This is where Georgia’s future hemp crop begins: in a pungent field at the University of Georgia, where several dozen cannabis plants are nearly ready for harvest.
The plants are lined in rows on one-third of an acre, sprouting fuzzy flowers that could be processed into CBD oil, the popular product sold as a treatment for a variety of conditions including pain and insomnia.
Tim Coolong, a university horticulturist, is growing the plants in preparation for farmers to start growing hemp across the state next year. Lawmakers voted this spring to legalize in-state hemp production. Currently, all CBD oil products are imported to Georgia.
Coolong is researching how well hemp grows, its yield per acre and which varieties prosper in Georgia’s hot and humid climate — information he’ll pass along to farmers eagerly awaiting the rare opportunity to cultivate something new and potentially profitable. His plants aren’t for sale; they’re composted after being evaluated.
“Our farmers could absolutely grow this,” Coolong said. “The cool thing about these plants is that they offer an advantage to Georgia farmers because we have a long growing season.”
Georgia farmers will jump into the booming hemp industry as soon as federal and state regulations are approved, a process that could be completed in the next few months.
Thirty-five states are already growing commercial hemp, and Georgia is positioning itself to become a significant producer within a few years. CBD retail sales are expected to reach about $1.2 billion nationwide this year and increase to $6 billion in 2022, according to Hemp Industry Daily.
Like marijuana, hemp comes from cannabis but contains little or no THC, the compound that gives marijuana users a high. State inspectors will test hemp to ensure it contains less than 0.3% THC.
Coolong planted Georgia’s first hemp fields in June after acquiring plant material primarily from the Carolinas. He grew 24 varieties at campuses in Watkinsville south of Athens, near Blairsville in North Georgia and in Tifton in South Georgia. Those plants were harvested a few weeks ago, and a second crop that was planted in early August will soon be ready.
Some varieties grew as tall as 9 feet. Others barely got off the ground.
“My goal is to provide information so that growers don’t pick the wrong variety and end up making a mistake that costs them several million dollars potentially,” Coolong said.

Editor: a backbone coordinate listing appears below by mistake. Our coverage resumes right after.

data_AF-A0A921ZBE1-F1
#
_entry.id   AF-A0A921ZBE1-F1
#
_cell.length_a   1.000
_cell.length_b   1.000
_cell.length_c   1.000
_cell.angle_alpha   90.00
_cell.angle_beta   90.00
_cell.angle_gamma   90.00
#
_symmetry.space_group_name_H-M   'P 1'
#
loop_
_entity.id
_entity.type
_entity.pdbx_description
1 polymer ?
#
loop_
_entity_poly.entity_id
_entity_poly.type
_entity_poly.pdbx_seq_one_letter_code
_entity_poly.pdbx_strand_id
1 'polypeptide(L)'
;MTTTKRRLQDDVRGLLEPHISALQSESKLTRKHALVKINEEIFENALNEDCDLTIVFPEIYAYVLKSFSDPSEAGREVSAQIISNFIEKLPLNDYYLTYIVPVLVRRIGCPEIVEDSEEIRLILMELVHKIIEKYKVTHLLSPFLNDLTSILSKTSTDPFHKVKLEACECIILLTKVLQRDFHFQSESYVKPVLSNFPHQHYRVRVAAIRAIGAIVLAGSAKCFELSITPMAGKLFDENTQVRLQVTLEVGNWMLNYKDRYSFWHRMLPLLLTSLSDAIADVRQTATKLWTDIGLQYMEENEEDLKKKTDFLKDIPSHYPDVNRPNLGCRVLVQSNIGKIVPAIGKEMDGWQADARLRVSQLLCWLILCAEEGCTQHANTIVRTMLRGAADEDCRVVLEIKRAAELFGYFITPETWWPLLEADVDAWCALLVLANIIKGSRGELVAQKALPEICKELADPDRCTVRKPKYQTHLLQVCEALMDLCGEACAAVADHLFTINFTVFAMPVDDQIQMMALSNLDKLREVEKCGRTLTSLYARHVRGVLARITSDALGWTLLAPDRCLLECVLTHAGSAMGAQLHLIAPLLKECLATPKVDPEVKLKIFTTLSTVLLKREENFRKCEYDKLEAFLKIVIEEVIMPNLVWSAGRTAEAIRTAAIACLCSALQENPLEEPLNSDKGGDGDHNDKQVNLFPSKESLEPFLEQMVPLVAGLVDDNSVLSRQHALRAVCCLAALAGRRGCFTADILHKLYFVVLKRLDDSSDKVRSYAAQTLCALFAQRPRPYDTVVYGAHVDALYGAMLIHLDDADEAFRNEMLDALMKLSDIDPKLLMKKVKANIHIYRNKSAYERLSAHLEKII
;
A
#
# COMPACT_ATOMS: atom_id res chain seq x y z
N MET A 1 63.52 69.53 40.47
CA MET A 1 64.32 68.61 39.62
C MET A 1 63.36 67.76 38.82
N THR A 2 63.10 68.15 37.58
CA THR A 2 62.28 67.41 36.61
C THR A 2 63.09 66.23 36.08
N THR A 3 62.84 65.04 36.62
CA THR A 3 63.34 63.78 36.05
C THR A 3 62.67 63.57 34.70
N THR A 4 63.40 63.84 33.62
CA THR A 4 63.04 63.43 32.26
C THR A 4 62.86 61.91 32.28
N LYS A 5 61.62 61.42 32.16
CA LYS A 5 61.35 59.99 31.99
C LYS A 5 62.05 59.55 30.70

Hemp will likely grow well across Georgia, but it seems to prosper in the slightly cooler climes of the northern Georgia mountains, he said. Farmers in South Georgia will have to be more careful to choose varieties of hemp that can survive.
The crop will come with challenges. It takes a lot of labor to harvest, dry and strip the plants, Coolong said. In addition, planting costs are high — $3 or $4 for each rooted cutting that will be planted.
Hemp manufacturing companies are prepared to extract CBD oil from plant material.
Down the street from the UGA hemp fields in Watkinsville, a hemp processing company called GA Xtracts is equipped to test and process hemp plants, turning leafy green material into brown or golden oil. The company plans to make tinctures, lotions, ointments, soaps and pills.
“We’re hoping CBD and hemp becomes a brand for Georgia, where the state is associated with it just like Vidalia onions, California raisins and Idaho potatoes,” said Don Barden, the CEO for GA Xtracts. “We’re going to be a global leader.”
Because Georgia has more sunlight and a longer growing season, it could eventually exceed Kentucky’s hemp market, one of the largest in the nation, said Rob Lee, a co-founder of GA Xtracts. The company hopes to begin processing hemp from other states by the end of the year and then add Georgia-grown hemp in 2020.
The South is already a major player in the U.S. hemp industry, led by Kentucky, Tennessee and North Carolina when measured by licensed acreage, according to Hemp Industry Daily. Colorado has the most licensed acres for hemp production in the nation, with 80,000.
“The demand is through the roof,” Lee said. “Although it can’t be grown here in Georgia right now, it’s being sold everywhere.”
Georgia’s hemp production will likely start slowly, said Albert Etheridge, a co-founder of Pretoria Fields Collective, an Albany beer brewer that’s building a hemp processing lab. He expects a lot of farmers will initially try to grow between 1 and 5 acres, then ramp up operations if they’re successful.
“Everybody’s going to take a wait-and-see approach, and then it will grow up quite substantially,” Etheridge said. “I think it’ll go gangbusters.”
Several steps remain before the hemp industry can begin in Georgia.
The U.S. Department of Agriculture has to release hemp program rules, and then the Georgia Department of Agriculture can review and finalize the state’s regulations.
Seventy-two people submitted public comments this summer about Georgia’s proposed regulations, with many saying that they’re overly restrictive. The regulations prohibit hemp farmers from selling to anyone but processors, and hemp couldn’t be shipped outside Georgia even though out-of-state producers could bring their product here.
Hemp growing licenses will cost $50 per acre, up to a maximum of $5,000. Hemp processors will have to pay $25,000 upfront and $10,000 every year after.
Farmers and processors say they hope government regulations are finalized in time for the spring 2020 planting season.
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